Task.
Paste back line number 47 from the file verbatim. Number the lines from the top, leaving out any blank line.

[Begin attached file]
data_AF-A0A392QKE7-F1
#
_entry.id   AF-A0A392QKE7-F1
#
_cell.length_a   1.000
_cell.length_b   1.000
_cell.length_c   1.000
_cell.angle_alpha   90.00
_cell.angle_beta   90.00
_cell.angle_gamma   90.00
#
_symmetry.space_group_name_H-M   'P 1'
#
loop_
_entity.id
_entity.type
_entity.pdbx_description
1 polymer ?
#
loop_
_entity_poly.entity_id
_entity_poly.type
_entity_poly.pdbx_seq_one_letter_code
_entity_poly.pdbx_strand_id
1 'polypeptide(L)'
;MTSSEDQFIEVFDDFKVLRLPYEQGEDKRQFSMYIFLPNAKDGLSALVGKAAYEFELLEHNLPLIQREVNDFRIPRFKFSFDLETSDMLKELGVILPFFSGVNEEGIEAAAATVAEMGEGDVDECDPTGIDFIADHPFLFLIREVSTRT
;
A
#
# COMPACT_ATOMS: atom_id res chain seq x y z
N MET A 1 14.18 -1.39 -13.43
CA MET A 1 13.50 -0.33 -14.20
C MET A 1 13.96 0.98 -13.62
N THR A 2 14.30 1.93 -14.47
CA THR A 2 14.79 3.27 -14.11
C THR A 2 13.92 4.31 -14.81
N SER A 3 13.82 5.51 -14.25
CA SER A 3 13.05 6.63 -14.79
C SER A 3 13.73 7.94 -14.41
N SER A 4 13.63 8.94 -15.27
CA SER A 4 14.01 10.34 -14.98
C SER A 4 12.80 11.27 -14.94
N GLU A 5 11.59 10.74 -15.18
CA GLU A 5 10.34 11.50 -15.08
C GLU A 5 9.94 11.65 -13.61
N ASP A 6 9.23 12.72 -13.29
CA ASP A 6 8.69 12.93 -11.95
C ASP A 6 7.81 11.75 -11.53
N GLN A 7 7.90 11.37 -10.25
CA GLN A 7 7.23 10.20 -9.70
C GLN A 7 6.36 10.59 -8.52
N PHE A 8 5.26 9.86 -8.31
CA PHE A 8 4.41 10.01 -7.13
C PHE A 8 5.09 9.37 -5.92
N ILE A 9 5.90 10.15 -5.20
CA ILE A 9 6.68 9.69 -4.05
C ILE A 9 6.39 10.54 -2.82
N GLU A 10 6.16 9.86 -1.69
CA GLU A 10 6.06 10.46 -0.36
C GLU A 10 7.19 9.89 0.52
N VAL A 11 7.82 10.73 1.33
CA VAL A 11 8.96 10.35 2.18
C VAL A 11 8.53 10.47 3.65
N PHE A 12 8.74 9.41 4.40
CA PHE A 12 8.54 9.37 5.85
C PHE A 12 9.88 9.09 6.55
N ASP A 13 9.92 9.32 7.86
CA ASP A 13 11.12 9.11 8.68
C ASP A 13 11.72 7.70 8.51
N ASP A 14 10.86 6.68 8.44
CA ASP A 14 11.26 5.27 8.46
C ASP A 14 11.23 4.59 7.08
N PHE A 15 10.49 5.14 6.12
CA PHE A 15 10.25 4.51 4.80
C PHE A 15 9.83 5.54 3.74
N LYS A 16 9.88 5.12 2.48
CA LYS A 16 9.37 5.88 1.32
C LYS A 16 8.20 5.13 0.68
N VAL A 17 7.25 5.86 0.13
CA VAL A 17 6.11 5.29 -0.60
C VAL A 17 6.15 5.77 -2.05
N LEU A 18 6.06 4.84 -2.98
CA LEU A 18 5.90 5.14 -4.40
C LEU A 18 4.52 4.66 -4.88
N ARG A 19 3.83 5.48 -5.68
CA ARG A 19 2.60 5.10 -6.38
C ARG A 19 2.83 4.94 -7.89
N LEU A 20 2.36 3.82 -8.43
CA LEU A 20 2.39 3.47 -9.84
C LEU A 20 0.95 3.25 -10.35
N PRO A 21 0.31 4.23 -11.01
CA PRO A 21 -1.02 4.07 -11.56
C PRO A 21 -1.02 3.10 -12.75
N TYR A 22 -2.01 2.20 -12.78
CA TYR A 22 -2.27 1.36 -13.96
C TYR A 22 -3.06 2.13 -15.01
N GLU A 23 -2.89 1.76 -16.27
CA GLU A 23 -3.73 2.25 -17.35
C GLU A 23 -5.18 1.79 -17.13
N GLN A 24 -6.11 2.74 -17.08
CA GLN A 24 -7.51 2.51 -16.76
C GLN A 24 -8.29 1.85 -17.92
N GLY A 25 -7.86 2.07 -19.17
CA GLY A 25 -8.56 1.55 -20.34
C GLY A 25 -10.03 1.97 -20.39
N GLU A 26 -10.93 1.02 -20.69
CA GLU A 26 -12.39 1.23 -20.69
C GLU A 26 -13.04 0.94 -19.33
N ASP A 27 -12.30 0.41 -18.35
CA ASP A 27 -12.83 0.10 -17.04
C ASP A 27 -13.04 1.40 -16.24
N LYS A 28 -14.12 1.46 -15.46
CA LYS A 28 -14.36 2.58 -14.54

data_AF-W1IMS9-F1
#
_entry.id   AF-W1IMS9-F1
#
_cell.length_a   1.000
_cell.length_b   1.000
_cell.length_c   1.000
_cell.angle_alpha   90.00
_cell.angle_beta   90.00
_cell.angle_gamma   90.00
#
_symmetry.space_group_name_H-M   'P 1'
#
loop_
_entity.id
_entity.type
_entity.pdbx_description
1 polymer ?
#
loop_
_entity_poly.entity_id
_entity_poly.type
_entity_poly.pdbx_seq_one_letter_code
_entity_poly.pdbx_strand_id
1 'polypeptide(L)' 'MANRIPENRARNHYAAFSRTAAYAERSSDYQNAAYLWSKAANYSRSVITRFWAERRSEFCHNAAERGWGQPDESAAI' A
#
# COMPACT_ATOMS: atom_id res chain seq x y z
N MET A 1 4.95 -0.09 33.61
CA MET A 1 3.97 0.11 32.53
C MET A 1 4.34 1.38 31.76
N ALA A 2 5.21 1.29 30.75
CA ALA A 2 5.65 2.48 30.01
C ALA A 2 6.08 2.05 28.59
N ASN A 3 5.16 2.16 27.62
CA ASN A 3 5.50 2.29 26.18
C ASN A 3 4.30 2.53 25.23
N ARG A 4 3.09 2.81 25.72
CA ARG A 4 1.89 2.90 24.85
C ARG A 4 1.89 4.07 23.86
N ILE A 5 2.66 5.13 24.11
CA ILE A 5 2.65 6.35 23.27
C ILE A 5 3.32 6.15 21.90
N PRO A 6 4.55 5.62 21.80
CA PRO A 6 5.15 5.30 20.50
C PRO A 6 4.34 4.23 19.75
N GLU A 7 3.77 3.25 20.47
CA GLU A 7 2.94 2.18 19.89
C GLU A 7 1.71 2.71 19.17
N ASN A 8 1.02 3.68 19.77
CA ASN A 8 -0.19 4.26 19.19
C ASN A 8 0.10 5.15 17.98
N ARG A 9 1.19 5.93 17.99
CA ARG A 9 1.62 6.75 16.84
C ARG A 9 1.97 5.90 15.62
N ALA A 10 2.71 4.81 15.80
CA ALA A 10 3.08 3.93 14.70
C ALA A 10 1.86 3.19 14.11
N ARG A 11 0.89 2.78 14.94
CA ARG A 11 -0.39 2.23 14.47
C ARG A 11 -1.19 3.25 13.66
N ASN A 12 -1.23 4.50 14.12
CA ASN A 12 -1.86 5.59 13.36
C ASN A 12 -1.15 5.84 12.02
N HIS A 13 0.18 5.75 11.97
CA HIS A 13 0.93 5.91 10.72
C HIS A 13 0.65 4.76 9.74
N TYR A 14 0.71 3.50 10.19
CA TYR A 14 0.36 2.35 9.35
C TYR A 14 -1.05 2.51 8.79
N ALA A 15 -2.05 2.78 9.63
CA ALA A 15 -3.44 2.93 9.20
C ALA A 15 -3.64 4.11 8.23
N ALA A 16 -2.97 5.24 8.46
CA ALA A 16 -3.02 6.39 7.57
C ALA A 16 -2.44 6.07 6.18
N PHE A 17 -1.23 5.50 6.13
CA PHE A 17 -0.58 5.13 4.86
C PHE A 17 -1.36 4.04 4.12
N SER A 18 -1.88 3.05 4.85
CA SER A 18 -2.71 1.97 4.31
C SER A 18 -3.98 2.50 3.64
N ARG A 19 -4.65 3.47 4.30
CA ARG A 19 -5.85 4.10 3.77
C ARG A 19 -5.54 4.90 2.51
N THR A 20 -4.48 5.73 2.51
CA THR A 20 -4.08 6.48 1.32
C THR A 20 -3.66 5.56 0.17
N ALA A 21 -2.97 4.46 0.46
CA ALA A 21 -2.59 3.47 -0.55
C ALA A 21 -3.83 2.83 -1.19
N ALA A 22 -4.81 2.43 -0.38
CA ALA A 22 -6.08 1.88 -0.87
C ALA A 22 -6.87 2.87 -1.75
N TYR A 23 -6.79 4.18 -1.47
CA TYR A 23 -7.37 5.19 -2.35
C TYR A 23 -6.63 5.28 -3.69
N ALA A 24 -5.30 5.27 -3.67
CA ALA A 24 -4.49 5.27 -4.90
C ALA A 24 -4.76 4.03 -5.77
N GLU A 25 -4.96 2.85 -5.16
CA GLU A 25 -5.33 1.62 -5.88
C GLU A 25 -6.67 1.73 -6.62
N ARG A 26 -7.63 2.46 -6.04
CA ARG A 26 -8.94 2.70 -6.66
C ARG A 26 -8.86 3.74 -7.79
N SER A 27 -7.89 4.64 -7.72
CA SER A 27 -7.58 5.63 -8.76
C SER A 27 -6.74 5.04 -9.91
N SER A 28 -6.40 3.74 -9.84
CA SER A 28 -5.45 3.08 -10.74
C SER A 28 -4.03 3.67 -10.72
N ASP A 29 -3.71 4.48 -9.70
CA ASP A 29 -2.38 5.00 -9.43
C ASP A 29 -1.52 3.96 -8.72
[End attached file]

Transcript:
CA ASP A 6 8.69 12.93 -11.95